Saturday, May 28, 2011

Tolle, Heisenberg and Descartes: "I Observe, therefore, I Am"

Rene Descartes
Rene Descarte's famous dictum, "cognito ergo sum" ('I think, therefore, I am'), while logical and apparently self-evident on its face, may be wholly wrong. Voices as varied as spiritual teacher, Eckhart Tolle, and Nobel Prize-winning physicist, Werner Hesienberg (who first developed the eponymous 'Uncertainty Principle' that forms an integral component of the quantum theory), have critiqued Descartes on precisely this conclusion. "I am, therefore, I think," would perhaps be a more accurate summary for Tolle, who has identified "thinking without awareness" as the main problem of humanity.

Werner Heisenberg
For his part, Heisenberg in "Physics and Philosophy:The Revolution in Modern Science," observes that Descartes' distinction between internal reality (res cogitans) and outer reality (res extensa) skewed  science so that it looked almost wholly to the external, a viewpoint that cannot be sustained given the role of the observer in quantum mechanics.
"(T)he basis of the philosophy of Descartes is radically different from that of the ancient Greek philosophers," Heisenberg notes. "Here the starting point is not a fundamental principle or substance, but the attempt of a fundamental knowledge. And Descartes realizes that what we know about our mind is more certain than what we know about the outer world. But already his starting point with the "triangle" God-World-I simplifies in a dangerous way for further reasoning."

"The division between matter and mind or between soul and body, which had started in Plato's philosophy, is now complete. God is separated both from the I and from the world. God in fact is raised so high above the world and men that He finally appears in the philosophy of Descartes only as a common point of reference that establishes the relation between the I and the world."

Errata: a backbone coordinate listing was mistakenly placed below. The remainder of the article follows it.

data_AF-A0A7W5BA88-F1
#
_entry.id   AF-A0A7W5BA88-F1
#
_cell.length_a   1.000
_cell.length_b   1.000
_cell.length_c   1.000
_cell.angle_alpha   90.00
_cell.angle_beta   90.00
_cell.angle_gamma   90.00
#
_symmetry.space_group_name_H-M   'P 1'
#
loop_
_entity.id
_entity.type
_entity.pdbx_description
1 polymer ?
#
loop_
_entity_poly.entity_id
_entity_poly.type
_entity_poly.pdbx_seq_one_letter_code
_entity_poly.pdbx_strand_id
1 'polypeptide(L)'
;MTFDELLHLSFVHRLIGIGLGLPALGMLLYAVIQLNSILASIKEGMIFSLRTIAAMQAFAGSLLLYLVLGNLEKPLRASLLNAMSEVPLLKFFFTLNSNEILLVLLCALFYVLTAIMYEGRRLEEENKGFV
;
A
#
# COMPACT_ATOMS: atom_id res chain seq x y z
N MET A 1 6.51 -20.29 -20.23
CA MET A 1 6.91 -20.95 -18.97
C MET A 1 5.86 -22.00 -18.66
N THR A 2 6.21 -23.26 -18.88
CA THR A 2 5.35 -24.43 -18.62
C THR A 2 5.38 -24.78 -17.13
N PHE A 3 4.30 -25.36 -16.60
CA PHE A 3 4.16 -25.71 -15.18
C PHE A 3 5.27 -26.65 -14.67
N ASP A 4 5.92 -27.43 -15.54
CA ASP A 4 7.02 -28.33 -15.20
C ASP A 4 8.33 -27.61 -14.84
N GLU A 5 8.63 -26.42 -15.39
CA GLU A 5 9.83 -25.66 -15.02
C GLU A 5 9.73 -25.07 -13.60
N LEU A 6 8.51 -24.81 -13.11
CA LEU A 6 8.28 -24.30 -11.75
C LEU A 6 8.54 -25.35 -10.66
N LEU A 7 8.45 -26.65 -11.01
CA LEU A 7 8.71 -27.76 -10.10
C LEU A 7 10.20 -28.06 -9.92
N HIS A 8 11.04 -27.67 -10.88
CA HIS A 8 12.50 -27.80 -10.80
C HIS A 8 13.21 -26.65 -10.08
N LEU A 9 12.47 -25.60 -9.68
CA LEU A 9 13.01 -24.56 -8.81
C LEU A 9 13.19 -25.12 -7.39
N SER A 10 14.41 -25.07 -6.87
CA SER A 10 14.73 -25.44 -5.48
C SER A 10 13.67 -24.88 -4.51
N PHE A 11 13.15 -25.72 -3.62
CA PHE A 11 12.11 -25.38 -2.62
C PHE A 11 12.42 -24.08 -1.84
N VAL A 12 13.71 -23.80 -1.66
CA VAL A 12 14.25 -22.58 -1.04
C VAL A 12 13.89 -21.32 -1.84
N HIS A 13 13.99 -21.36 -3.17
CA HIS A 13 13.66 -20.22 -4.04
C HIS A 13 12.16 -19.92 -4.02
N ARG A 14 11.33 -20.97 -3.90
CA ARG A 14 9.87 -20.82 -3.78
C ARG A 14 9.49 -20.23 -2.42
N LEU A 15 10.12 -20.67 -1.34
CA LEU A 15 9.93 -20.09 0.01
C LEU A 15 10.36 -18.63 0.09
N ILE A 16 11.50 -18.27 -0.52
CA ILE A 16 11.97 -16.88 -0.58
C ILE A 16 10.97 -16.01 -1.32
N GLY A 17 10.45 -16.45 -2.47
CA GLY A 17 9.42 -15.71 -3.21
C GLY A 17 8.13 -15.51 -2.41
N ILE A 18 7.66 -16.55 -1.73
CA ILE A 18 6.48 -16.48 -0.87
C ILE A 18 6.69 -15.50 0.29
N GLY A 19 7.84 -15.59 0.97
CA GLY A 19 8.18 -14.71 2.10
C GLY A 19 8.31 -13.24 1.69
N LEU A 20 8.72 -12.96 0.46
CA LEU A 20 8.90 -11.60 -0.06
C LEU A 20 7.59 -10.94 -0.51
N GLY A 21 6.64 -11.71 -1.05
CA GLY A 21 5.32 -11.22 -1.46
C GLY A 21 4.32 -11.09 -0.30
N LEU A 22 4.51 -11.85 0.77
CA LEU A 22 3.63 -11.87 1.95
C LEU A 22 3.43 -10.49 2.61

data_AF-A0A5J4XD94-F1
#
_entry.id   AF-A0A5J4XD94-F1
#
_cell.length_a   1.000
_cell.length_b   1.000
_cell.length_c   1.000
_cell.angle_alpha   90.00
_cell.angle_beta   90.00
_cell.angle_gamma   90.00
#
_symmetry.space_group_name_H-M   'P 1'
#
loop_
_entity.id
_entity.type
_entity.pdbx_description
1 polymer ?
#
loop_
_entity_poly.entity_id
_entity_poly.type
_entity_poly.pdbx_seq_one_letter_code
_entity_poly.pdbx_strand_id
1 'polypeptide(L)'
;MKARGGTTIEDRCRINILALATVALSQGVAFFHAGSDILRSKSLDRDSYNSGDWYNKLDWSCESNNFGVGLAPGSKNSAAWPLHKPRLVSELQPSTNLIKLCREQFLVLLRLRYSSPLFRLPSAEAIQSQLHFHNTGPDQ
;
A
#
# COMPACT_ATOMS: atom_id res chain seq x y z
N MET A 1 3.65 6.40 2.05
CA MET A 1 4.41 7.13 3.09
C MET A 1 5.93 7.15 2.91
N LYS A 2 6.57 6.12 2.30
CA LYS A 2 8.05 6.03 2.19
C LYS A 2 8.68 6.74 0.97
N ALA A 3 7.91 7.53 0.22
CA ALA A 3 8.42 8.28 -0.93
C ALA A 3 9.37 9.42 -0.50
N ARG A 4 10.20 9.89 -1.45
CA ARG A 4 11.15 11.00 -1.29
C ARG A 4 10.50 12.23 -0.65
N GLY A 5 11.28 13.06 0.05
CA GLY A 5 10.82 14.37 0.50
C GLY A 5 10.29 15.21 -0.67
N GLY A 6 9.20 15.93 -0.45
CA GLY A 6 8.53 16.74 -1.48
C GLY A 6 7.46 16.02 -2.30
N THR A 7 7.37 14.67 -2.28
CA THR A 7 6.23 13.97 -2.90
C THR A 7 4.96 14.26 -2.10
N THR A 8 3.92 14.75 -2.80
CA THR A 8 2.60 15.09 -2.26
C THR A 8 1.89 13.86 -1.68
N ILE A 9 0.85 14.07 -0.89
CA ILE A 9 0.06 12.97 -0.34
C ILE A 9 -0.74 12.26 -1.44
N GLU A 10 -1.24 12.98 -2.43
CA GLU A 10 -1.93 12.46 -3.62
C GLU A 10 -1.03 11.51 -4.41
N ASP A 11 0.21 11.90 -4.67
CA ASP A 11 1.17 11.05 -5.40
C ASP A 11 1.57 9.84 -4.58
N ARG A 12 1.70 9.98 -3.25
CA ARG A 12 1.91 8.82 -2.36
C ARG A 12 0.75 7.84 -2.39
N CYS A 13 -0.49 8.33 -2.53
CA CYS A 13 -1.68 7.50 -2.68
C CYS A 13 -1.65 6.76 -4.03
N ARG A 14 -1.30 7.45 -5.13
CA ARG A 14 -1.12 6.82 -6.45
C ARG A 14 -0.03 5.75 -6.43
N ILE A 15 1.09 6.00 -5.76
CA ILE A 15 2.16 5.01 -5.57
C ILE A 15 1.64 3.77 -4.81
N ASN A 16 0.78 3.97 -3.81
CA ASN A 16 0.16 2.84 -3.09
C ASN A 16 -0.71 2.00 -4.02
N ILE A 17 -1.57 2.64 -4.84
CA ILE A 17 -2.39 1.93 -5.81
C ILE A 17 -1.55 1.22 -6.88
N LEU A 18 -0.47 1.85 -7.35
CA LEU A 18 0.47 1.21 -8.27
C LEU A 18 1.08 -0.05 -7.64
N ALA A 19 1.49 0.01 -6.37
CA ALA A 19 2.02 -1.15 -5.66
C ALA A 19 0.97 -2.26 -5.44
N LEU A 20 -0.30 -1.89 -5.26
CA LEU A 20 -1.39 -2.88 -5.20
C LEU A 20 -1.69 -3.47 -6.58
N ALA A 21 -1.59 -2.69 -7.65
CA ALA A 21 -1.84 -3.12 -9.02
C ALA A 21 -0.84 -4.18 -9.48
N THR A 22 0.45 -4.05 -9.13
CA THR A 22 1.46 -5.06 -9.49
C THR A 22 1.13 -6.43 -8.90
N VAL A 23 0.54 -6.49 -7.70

"If one uses the the fundamental concepts of Descartes at all," Heisenberg continues, "it is essential that God is in the world and in the I and it is also essential that the I cannot be really separated from the world. Of course Descartes knew the indisputable necessity of the connection, but philosophy and natural science in the following period developed on on the basis of the polarity between the "res cogitans" and "res extensa." The influence of the Cartesian division on human thought in the following centuries can hardly be overestimated, but it is just in this division which we have to criticize later from the development of physics in our time."
[Heisenberg, "Physics and Philosophy," pp. 52-53]
"If one follows the great difficulty which even eminent scientists like Einstein had in understanding the Copenhagen interpretation of quantum theory," Heisenberg remarks, "one can trace the roots of this difficulty to the Cartesian partition. This partition has penetrated deeply into the human mind during the three centuries following Descartes and it will take a long time for it to be replaced by a really different attitude toward the problem of reality."
[Ibid., p. 55.]

Eckhart Tolle
Perhaps, a better summary, and one that both Tolle and Heisenberg might accept is "observare ergo sum" - "I observe, therefore, I am" - for it is the observer that finally determines the outcome in quantum mechanics, coalescing one reality out of an infinite number of possibilities, and for Tolle it is the witnessing Presence of the observer that stymies the ego and makes his or her world whole.

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For a detailed introduction to the work of Heisenberg and the development of the quantum theory, particularly as it relates to consciousness, the cosmos and our Being, see the related post ("God, Quantum Physics and Cosmology: A Video Compilation"), which is available, below.

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